ACEA welcomes the European Commission's initiative to further improve road safety through the revision of the General Safety and Pedestrian Safety regulations.
In spite of a three-fold increase in traffic, road safety in Europe has improved significantly the last 30 years. Maintaining this trend is important for an industry that prides itself on designing, producing and selling safe, comfortable and efficient vehicles in probably one of the most demanding markets in the world. The industry has a number of priorities in the field of safety that it wishes to see addressed.
Regulation (EC) 661/2009 of the European Parliament and Council, amended by Commission Regulations (EU) number 407/2011, 523/2012 and 2015/166 (the ‘General Safety Regulation’ or GSR) governs the type-approval requirements for the general safety of motor vehicles, their trailers and systems, components and separate technical units. The Regulation lists the compulsory implementing measures and the vehicle types to which each regulation applies.
In addition, Regulation (EC) 78/2009 on the type approval of motor vehicles with regard to the protection of pedestrians and other vulnerable road users (the ‘Pedestrian Safety Regulation’), has replaced Directive 2003/102/EC with modified and more advanced provisions, adapted to technical progress. These modifications include passive safety requirements to mitigate the risk of critical injury in the event of a collision between a vehicle and a person.
The GSR requires the Commission to report to the European Parliament periodically with proposals for amendments to the Regulation or other relevant Community legislation. These proposals relate to the inclusion of further new safety features that meet the CARS 2020 and the Policy Orientations on Road Safety 2011-2020 criteria. The Pedestrian Safety Regulation also requires the Commission to provide monitoring reports to the European Parliament.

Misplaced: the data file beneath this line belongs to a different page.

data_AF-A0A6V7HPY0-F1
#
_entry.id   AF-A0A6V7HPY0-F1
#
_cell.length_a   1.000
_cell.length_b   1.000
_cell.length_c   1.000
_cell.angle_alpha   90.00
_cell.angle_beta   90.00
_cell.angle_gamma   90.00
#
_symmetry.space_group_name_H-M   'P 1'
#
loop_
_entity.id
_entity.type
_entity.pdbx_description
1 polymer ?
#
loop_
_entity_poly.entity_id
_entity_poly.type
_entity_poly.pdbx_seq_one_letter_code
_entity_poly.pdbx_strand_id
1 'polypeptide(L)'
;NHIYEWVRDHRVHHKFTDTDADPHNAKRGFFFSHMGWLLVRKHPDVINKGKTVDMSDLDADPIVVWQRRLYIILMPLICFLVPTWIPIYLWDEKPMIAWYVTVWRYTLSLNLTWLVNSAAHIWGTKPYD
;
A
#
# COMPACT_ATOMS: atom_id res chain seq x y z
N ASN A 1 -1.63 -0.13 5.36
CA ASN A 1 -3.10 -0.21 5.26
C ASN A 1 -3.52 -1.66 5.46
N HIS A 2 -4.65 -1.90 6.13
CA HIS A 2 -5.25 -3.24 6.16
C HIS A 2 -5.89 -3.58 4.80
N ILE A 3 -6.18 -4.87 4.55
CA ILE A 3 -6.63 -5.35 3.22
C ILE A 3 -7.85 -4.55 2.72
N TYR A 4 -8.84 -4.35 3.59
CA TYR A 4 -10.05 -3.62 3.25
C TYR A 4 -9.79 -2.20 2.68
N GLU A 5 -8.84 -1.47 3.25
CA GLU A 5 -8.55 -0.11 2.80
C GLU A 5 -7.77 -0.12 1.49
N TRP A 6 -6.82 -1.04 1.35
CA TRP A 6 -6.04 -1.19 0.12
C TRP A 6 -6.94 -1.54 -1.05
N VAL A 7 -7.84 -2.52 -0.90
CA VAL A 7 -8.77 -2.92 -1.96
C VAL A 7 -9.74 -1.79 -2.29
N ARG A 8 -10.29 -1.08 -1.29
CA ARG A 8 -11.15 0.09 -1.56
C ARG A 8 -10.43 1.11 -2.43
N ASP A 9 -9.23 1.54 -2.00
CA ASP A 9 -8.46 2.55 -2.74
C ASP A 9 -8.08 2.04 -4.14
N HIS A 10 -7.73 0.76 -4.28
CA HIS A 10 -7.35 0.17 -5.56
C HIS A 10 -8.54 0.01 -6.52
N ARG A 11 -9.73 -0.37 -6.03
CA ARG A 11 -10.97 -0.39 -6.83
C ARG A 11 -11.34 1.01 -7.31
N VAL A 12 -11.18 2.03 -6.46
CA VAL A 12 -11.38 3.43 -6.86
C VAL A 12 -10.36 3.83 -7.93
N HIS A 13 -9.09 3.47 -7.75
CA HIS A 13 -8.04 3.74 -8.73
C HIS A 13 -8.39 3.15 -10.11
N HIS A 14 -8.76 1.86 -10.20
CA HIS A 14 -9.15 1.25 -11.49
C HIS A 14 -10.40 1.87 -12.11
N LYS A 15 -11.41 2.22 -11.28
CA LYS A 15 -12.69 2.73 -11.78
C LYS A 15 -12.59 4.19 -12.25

In 2015, the EU Commission commissioned the Transport Research Laboratory (TRL) to undertake an extensive study to analyse more than 50 different measures under contemplation. Based on the results, the Commission has indicated its preliminary list of considered measures and the likely implementation time for each measure during the MVWG meeting on February 16 2016.
The automotive industry is a strong supporter of further reducing road casualties and thus welcomes the initiative of revising safety regulations to introduce solutions with the potential to substantially reduce the number of accidents and related injuries. However, any approach needs to consider actions on vehicles, infrastructure and driver behaviour in an integrated way. There has to be an appropriate policy mix, combining regulatory and other measures, defined on the basis of an in-depth impact assessment.